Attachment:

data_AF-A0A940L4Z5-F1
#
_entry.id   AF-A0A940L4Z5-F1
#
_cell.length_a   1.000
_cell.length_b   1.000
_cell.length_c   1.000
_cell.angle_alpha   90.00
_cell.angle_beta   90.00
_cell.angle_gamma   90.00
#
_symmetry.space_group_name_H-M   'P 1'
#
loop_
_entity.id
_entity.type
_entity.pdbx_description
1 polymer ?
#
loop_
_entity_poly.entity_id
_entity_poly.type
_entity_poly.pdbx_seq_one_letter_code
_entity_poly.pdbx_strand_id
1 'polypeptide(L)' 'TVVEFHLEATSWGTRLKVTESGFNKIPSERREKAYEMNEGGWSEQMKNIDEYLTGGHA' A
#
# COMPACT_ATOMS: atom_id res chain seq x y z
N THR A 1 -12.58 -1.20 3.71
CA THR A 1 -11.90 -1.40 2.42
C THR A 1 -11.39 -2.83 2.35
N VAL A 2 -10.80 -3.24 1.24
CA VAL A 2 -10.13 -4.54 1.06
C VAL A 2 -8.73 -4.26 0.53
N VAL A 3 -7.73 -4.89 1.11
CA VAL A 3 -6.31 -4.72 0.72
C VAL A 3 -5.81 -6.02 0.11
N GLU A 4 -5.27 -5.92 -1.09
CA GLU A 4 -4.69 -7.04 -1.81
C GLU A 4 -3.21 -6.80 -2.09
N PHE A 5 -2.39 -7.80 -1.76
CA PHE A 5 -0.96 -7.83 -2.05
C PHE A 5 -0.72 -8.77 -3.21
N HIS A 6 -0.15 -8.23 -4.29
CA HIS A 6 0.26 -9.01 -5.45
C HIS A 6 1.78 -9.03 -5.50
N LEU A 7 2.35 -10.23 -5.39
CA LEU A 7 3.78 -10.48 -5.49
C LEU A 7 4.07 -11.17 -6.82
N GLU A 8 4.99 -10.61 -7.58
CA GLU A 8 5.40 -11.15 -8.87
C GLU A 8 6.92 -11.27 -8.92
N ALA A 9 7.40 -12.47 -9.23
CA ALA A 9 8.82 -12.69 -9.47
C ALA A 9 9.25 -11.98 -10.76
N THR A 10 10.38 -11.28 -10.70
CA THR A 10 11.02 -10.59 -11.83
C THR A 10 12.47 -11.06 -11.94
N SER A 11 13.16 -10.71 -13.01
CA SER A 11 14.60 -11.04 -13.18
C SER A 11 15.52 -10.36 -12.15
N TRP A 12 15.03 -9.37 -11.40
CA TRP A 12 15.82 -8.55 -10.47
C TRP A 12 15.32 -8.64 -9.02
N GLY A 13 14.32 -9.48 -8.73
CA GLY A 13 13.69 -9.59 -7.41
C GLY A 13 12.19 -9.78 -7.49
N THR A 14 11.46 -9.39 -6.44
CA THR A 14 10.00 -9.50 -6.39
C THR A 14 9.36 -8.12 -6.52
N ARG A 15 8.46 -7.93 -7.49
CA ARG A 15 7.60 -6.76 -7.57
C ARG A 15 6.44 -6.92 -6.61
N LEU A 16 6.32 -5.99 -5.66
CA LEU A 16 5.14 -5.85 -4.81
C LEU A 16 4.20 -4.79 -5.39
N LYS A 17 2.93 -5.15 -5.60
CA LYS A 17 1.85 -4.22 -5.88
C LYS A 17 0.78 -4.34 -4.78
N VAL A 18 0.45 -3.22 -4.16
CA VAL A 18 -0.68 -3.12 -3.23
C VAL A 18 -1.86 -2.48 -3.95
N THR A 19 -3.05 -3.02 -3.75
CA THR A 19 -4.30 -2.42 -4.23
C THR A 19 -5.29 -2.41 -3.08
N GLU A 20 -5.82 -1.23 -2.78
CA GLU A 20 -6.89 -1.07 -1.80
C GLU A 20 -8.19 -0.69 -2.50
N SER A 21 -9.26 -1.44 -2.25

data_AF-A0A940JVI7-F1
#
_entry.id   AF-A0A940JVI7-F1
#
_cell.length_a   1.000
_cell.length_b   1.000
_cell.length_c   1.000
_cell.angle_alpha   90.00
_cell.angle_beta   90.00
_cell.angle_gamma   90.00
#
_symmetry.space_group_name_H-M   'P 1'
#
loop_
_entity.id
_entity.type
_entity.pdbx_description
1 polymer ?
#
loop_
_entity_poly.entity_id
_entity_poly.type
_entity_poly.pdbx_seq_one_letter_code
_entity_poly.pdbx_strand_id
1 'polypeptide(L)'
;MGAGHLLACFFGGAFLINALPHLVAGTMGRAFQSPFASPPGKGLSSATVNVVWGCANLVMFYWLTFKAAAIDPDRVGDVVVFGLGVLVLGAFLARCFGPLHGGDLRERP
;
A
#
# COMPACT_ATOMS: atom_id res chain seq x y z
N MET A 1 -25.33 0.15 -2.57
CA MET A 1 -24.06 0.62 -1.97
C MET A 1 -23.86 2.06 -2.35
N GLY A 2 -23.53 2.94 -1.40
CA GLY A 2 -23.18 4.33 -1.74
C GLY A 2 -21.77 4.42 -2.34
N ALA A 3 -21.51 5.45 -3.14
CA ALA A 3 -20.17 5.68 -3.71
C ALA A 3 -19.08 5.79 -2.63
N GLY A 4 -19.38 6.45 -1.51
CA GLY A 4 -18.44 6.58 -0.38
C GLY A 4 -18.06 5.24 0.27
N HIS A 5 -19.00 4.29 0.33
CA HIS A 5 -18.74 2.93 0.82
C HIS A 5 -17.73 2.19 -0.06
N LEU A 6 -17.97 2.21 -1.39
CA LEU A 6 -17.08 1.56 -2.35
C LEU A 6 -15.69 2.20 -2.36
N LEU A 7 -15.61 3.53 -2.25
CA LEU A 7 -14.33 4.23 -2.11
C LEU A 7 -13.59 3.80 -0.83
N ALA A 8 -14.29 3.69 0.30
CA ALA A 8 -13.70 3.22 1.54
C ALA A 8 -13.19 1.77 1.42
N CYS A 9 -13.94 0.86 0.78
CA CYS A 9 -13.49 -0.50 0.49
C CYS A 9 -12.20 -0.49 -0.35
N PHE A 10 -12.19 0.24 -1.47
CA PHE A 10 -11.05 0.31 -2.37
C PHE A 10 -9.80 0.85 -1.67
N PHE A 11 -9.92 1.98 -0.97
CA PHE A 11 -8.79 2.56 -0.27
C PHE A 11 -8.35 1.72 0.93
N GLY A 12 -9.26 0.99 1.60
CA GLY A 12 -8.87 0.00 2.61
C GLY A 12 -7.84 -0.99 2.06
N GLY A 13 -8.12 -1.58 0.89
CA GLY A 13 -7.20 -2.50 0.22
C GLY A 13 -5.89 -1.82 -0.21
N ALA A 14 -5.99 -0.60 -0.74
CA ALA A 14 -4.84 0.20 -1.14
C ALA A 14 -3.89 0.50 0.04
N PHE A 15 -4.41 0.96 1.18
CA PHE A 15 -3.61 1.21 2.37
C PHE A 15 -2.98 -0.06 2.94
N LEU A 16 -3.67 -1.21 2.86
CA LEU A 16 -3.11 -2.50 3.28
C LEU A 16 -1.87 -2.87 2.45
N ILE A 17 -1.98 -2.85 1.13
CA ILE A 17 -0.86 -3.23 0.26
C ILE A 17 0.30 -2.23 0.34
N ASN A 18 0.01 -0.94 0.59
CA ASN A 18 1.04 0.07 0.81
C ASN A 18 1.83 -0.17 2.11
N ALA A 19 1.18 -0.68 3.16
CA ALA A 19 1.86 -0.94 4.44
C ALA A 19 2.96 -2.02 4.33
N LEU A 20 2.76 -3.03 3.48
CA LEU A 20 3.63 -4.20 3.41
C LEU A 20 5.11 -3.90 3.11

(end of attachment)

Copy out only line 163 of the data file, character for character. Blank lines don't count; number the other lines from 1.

C PHE A 15 -2.98 -0.06 2.94